(Reuters) – A newly discovered spyware campaign attacked users through 32 million downloads of extensions to Google's market-leading Chrome web browser, Awake Security researchers told Reuters, stressing that the tech industry is not protecting browsers as it is more Mail, payroll and other sensitive functions.
Alphabet's Google said it removed more than 70 of the malicious add-ons from its official Chrome web store after researchers pointed out last month.
"When we are notified of web store enhancements that violate our policies, we take action and use these incidents as training material to improve our automated and manual analytics," Google spokesman Scott Westover told Reuters.
Most free extensions are designed to warn users of questionable websites or convert files from one format to another. Instead, they removed the browsing history and data that provided credentials to access internal business tools.
According to the number of downloads, Gary Golomb, co-founder and chief scientist of Awake, said it was the most far-reaching malicious Chrome Store campaign to date.
Google declined to discuss how the latest spyware compared to previous campaigns, the breadth of the damage, or why, despite previous promises to monitor offers more closely, failed extensions were not recognized and removed.
It is unclear who is behind the efforts to spread the malware. According to Awake, the developers provided fake contact information when they submitted the extensions to Google.
"Anything that brings you into someone's browser, email address, or other sensitive area is a target for national espionage and organized crime," said former National Security Agency engineer Ben Johnson, who works for the carbon security company Black and Obsidian Security founded.
The extensions were designed to avoid detection by anti-virus companies or security software that assesses the reputation of web domains, Golomb said.
If someone used the browser to surf the Internet on a home computer, they would connect to a number of websites and transfer information, the researchers found. Anyone using a corporate network that includes security services would not transfer the confidential information or even reach the malicious versions of the websites.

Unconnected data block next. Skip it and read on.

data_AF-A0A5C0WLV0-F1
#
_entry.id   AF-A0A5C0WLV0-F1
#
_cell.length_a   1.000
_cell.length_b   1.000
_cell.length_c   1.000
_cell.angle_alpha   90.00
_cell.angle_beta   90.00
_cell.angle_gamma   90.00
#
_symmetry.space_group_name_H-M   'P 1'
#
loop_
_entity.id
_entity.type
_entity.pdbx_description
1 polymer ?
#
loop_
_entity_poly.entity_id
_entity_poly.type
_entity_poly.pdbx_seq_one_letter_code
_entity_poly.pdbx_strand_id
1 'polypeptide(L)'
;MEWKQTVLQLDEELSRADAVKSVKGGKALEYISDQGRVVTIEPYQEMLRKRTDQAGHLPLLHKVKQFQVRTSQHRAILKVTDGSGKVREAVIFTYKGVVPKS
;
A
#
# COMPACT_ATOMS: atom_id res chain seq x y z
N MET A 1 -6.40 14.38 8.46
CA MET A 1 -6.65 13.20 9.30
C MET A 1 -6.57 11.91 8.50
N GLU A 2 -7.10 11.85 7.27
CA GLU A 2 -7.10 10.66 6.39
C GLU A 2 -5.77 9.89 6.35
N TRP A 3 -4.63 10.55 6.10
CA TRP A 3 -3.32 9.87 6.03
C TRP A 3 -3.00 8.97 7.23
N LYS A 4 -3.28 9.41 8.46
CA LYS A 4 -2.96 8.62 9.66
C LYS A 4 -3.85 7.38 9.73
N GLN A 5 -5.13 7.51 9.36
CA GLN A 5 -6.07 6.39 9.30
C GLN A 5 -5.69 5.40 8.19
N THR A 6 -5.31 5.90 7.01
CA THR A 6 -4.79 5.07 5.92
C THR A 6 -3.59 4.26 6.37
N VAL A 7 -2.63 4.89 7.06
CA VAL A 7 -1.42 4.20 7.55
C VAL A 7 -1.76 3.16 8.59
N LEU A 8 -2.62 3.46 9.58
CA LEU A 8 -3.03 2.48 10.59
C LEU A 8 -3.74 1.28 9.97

"This shows how attackers can use extremely simple methods to hide thousands of malicious domains in this case," said Golomb.
All of the domains in question, a total of more than 15,000 connected, were purchased from a small registrar in Israel – Galcomm – who is officially known as CommuniGal Communication. Awake said Galcomm should have known what was going on. In an email exchange, Galcomm owner Moshe Fogel told Reuters that his company had done nothing wrong.
"Galcomm is not involved in malicious activities," wrote Fogel. “You can say exactly the opposite; We work with law enforcement and security agencies to prevent as much as possible. "
Fogel said there was no record of the requests Golomb made to the company's email address in April and again in May to report abusive behavior, and asked for a list of suspicious domains. Reuters sent him this list three times without a factual response.
The Internet Corp for Assigned Names and Numbers, which monitors registrars, said it had received few complaints about Galcomm over the years and none about malware.
While deceptive extensions have been a problem for years, they are getting worse. They initially spat out unwanted advertisements and are now more likely to install additional malware or track where users are and what they are doing for governmental or commercial spies.
Malicious developers have long used Google's Chrome Store as a conduit. After one in ten submissions were rated malicious, Google said in 2018 that this would improve security, including through increased human screening.
In February, independent researcher Jamila Kaya and Duo Security from Cisco Systems discovered a similar Chrome campaign in which data from around 1.7 million users was stolen. Google participated in the investigation and found 500 fraudulent extensions.
"We're regularly looking for extensions with similar techniques, codes, and behaviors," said Westover of Google in a language identical to that used by Google for Duo's report.
(Reporting by Joseph Menn, editing by Greg Mitchell and Leslie Adler.)